Right off the bat, I’ll say that I’m not kidding. I’ve really read a whopping number of books. However, it’s not the number that matters. It’s the content. And no, achieving this is nowhere near as impossible as finding the majestic Koh-i-Noor, a well-known (and well-hidden) diamond from Agatha Christie’s detective novel The Secret of Chimneys. You can do this, too.
This is a response to Reading is the Perfect Escape from Reality. Now if I Could Pick Up the Book and Read.
The article was nearing to its end, and I screeched to a halt right after reading the last sentence. I really wanted to offer some words of encouragement in terms of mastering our own focus and habits. Here’s a story of my own, involving Harry Potter, a goldfish, and an occasional digression or two. Or more. Either way, I hope that you’ll find the following valuable. Maybe this will help and/or motivate you on your own reading journey (and won’t end up collecting *digital* dust), so strap in – we’re taking off!
Harry Potter and the Prisoner of the School System
My teacher gave me an incredulous look. I had just taken a tome of 700 pages or so out of my backpack. When the bell rang for the break, that was our cue to get up from our chairs and hastily make a beeline for the door. I was the only one who chose to stay in the classroom, while my teacher tried not to comment on me carrying a book twice my size. I was 8 years old back then, and this is how it all started.
The book I made an effort to carry was one from the Harry Potter series, Harry Potter and the Goblet of Fire. However, I would always remember the first part of the series, because I felt like a prisoner myself. I was relentlessly bullied, our teachers couldn’t care less, and the school’s defectologist once threatened how he’d ram the speaker into one child’s ear if he didn’t behave properly. By the way, that defectologist prided himself on his “DJ skills“. His “music“ about belly dancers gathered many views from children in our school. Awful, I know. That’s another long story for a different day.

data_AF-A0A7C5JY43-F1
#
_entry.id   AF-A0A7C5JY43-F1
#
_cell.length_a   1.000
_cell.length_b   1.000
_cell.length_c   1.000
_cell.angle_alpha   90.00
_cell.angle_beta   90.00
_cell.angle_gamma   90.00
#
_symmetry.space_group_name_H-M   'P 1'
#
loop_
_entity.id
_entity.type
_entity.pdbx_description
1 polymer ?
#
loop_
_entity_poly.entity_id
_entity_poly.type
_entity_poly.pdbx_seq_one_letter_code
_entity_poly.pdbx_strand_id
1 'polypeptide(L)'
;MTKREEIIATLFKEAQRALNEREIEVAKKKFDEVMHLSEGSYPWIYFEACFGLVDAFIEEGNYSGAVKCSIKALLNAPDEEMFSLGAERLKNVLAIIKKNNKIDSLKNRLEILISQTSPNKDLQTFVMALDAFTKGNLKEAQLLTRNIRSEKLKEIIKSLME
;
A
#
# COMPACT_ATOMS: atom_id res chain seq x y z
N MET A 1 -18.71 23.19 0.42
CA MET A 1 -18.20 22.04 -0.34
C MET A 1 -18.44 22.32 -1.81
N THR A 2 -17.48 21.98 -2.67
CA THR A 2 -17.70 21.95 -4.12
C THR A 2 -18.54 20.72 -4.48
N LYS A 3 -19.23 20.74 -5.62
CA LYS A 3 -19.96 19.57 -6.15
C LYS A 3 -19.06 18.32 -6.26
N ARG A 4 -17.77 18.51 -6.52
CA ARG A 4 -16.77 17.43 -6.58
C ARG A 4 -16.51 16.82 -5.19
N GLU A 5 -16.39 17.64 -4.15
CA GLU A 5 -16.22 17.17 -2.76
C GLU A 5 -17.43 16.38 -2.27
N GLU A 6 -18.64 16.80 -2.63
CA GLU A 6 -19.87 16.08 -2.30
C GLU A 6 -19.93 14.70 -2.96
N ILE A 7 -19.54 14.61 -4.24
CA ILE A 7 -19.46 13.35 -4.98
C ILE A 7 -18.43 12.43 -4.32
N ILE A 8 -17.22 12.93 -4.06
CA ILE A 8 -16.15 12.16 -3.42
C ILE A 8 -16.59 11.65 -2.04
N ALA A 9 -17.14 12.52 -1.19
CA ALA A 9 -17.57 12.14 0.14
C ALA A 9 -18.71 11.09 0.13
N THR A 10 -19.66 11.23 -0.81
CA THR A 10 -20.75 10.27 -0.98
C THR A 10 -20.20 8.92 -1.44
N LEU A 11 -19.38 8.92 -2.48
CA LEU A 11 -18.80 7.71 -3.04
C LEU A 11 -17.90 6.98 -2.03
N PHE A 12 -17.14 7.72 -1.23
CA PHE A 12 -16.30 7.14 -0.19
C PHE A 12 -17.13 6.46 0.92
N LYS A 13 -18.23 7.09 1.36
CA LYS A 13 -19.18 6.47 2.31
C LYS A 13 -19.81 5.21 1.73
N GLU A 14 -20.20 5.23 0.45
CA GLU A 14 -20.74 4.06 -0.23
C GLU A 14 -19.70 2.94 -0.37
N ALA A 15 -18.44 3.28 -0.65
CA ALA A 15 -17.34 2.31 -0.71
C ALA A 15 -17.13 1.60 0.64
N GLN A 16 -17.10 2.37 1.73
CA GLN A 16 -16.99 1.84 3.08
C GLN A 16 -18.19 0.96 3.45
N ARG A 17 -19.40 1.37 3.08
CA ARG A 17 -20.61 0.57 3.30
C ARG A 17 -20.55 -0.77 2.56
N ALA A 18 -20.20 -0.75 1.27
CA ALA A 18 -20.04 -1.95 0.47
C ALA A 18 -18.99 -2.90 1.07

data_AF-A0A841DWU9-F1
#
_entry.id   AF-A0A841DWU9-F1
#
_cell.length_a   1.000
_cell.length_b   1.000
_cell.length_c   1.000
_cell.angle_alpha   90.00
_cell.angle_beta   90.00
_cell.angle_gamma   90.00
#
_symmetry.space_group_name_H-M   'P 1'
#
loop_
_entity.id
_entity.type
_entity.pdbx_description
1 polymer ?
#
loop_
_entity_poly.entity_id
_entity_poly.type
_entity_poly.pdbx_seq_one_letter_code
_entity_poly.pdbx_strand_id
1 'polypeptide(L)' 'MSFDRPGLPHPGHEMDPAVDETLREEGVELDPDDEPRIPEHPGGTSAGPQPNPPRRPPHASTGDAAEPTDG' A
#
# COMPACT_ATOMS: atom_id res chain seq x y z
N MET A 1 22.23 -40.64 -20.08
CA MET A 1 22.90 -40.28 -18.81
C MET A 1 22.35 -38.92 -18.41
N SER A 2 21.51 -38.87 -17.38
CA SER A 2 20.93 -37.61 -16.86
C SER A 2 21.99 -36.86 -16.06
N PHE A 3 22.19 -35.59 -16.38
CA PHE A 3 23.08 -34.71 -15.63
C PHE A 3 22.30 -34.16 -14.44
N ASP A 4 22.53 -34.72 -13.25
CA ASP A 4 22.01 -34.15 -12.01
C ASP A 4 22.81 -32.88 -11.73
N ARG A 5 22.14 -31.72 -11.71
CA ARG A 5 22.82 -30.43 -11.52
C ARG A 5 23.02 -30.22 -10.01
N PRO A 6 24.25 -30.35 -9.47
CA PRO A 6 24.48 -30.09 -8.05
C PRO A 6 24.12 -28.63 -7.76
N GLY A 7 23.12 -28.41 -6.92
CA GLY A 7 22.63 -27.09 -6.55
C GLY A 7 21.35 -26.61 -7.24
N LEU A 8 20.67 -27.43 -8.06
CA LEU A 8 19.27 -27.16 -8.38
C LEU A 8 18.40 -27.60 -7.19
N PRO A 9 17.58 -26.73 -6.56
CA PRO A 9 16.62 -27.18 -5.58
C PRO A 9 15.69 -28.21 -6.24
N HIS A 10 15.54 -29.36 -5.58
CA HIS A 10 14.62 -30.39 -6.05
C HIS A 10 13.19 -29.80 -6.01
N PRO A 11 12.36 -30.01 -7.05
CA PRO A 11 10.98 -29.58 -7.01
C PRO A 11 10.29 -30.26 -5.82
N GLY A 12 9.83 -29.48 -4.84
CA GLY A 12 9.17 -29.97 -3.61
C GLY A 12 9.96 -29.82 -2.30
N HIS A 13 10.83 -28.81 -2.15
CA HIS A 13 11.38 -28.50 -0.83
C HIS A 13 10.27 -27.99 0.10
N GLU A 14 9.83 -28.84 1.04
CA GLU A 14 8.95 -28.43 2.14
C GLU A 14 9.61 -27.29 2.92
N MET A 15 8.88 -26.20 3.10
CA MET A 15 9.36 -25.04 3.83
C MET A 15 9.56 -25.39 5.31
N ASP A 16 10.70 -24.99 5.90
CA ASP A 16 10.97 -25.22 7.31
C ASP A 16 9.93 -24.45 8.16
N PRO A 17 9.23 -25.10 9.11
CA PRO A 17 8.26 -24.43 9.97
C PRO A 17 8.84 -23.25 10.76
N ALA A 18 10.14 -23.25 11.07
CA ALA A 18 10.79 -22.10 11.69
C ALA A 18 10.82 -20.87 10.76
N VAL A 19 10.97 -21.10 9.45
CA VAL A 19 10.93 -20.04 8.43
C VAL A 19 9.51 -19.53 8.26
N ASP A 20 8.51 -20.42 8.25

My point being, I figured that I was left on my own devices, when it came to learning. Doing anything scholarly in Serbia, at least in my immediate surroundings, would be (and still is) laughed at. I was alone, and I wanted to find (or possibly create) my own safe space. More than a few years have passed, and now I’m happier than ever. Who knows whether or not I’d pick up the habit of reading if I didn’t go through this baptism of fire.
Flipping Pages, Not Fins
What about the goldfish? It’s said that these species have a mere 3-second recall. How many times have you heard someone saying “I have a memory of a goldfish“? Well, I have some good news and some bad news. Let’s start off with the bad ones.
Firstly, we should call a spade a spade - The idiom is based on the misconception that goldfish have a very short memory span, but in reality, goldfish can remember things for months and even up to several years. So, the idiom is actually not accurate in describing goldfish, but it's still commonly used in everyday language to describe human memory and our own attention span.
In that case, are we even worse memory-wise compared to an average goldfish?
The good news is that focus can be improved with practice. Reading has significantly improved my ability to concentrate on a single task for hours on end.
Now, if books haven’t been your cup of tea before and this interest was sparked a while ago, it might be a good idea to find a shorter audiobook in a genre you prefer. You can listen to it while doing less demanding chores, when you decide to go for a walk, or right before you go to sleep. You may find that listening to an audiobook while multitasking allows the content to effectively stay in your ears.